January 17, 2012 11:30 AM

The Federal Reserve is proposing to deflate the housing bubble by a take-over of Fannie Mae & Freddie Mac. If accomplished it will be under the guise of “kick-starting” the housing industry by relieving the market (really relieving the banks) of its excess of under- water- over-leveraged residential units via the acquisition of bad bank loans or foreclosed inventory and then converting them to rentals. The Federal Reserve’s proposal, if granted by Congress, may initially take the air out of the housing bubble but their proposal will eventually only make things worse—it would be like replacing the air in the current bubble with hydrogen. The made-over bubble may soar for a while but its promise to cure our economic woes is as empty as the “balloon boy” hoax. And we all know what damage hydrogen can do with just one little spark—a bigger more damaging bust.

The take-over and proposed remedial action by the Federal Reserve may provide a solution for financial institutions, the primary constituents of the Federal Reserve, by allowing them to get rid of troubled assets; and, it may also temporarily spur the housing market; however, the cost impact of the initiative will be borne by the taxpayers. Any write down in loans by Fannie & Freddie, upon disposition of the inventory will be by the monetization of the losses (printing money) by the Fed. Of course the money to initially purchase the excess housing inventory will be created out of thin air by another round of “Quantitative Easing” or by some newly fabricated name for the sleight of hand that in nothing but legal counterfeiting. This outlay of cash will more than likely be borne by the taxpayers thru the inflation tax.

The market should be left to absorb the excess housing inventory whether the end users are home owners or renters. Government should not continue to prop up the housing industry or the lenders to the housing industry. As long as we have government sanctioned institutions like Fannie, Freddie, and the Federal Reserve we will continue to see programs that promote over-spending and over-building, to satisfy one group of constituents or another. At the first sign of trouble the Federal Government or one of its agencies will step in with relief and bailouts to the benefit of these or other constituents, all at the expense of taxpayers.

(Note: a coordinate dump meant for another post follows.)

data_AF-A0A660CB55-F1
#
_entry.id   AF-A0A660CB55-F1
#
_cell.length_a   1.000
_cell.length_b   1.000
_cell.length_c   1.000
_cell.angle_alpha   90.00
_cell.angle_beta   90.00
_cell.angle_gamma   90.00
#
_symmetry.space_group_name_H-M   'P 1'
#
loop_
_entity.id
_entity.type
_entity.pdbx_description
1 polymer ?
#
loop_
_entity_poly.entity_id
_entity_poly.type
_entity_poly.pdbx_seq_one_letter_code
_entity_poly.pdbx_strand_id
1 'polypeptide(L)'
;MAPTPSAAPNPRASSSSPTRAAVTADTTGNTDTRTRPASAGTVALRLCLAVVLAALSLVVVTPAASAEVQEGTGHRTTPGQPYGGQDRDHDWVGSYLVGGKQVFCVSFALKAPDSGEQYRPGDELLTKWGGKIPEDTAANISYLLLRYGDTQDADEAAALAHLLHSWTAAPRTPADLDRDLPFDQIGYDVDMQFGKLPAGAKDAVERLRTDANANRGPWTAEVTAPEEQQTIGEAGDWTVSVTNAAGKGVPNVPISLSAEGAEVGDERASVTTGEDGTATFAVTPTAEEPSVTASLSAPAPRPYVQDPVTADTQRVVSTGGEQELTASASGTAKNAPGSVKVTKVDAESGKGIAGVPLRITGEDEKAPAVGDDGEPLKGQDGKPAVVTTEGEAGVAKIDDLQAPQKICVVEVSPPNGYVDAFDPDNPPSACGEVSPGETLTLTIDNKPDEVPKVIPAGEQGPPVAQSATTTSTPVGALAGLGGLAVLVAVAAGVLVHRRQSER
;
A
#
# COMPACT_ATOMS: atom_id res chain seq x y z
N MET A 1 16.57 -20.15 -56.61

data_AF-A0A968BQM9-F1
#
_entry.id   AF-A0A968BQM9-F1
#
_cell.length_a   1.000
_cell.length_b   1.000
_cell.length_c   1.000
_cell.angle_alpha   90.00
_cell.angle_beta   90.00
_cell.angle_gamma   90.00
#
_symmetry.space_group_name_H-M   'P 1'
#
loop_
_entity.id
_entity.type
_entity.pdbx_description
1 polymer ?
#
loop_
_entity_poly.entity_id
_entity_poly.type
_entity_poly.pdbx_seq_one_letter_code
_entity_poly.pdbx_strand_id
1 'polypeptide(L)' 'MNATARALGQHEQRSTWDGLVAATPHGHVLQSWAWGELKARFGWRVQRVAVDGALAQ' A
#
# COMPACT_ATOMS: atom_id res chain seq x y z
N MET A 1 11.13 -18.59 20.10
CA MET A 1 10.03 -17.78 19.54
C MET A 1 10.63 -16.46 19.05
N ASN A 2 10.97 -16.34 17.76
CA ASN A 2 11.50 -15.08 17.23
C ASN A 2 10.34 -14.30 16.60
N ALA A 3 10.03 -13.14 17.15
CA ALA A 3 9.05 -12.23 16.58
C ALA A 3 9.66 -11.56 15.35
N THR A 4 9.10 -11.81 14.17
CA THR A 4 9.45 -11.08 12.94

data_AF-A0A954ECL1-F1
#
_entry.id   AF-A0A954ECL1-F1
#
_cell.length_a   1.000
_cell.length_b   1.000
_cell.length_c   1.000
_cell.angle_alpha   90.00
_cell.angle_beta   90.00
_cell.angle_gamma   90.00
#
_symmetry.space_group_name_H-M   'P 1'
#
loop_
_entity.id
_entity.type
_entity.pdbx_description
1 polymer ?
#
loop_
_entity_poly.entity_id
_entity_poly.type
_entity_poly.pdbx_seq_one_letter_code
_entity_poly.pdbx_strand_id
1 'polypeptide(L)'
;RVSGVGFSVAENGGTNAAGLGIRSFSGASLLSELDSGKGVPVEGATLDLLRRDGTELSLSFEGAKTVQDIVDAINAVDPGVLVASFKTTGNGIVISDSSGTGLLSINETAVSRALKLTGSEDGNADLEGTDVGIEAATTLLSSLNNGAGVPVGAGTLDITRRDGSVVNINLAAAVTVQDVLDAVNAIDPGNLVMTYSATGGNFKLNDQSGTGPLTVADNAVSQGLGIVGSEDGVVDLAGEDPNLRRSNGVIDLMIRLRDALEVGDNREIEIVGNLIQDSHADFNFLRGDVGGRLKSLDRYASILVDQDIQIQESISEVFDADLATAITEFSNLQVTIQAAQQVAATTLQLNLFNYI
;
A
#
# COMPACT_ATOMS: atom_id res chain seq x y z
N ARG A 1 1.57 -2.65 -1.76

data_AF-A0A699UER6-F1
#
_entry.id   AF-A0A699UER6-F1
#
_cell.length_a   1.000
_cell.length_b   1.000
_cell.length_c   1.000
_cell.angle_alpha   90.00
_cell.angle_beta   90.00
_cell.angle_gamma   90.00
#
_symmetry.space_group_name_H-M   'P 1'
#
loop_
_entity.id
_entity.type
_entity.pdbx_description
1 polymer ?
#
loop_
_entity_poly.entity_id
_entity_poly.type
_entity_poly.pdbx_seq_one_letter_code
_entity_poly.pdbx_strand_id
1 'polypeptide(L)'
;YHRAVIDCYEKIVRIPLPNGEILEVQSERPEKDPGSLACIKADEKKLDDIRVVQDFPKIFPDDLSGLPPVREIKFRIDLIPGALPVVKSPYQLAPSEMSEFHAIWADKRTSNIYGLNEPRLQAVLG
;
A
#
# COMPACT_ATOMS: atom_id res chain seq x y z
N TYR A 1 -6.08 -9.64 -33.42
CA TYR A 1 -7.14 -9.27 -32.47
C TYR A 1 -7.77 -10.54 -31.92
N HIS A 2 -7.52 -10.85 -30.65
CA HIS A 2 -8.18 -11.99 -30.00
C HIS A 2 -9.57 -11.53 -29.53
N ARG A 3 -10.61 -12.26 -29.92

In 2011 Utah adopted legislation (House Bill 317) that recognizes (but does not compel the use of) gold and silver coins issued by the federal government as legal tender in the state and exempts the exchange of the coins for another form of legal tender from certain types of state tax liability. In addition, the Utah law requires a legislative committee to study the possibility of establishing an alternative form of legal tender in that state and to submit, as a result of the study, any recommended legislation for consideration by the legislature during the 2012 General Session.

At some point, with the continued printing of fiat money by the Federal Reserve, the dollar may collapse from a lack of confidence. Missouri should also begin to position itself to offer a Sound Money Alternative in the event of such a collapse.

In addition the Missouri General Assembly should urge the US Congress to require a full audit of the Federal Reserve and to adopt legislation that will stop the Fed’s counterfeiting operations.


Bruce Hillis retired in 2001 from one of Missouri’s leading long-term health care providers. He lives in Mexico, Missouri.

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As long as we have government sanctioned institutions like Fannie, Freddie, and the Federal Reserve we will continue to see programs that promote over-spending and over-building, to satisfy one group of constituents or another.


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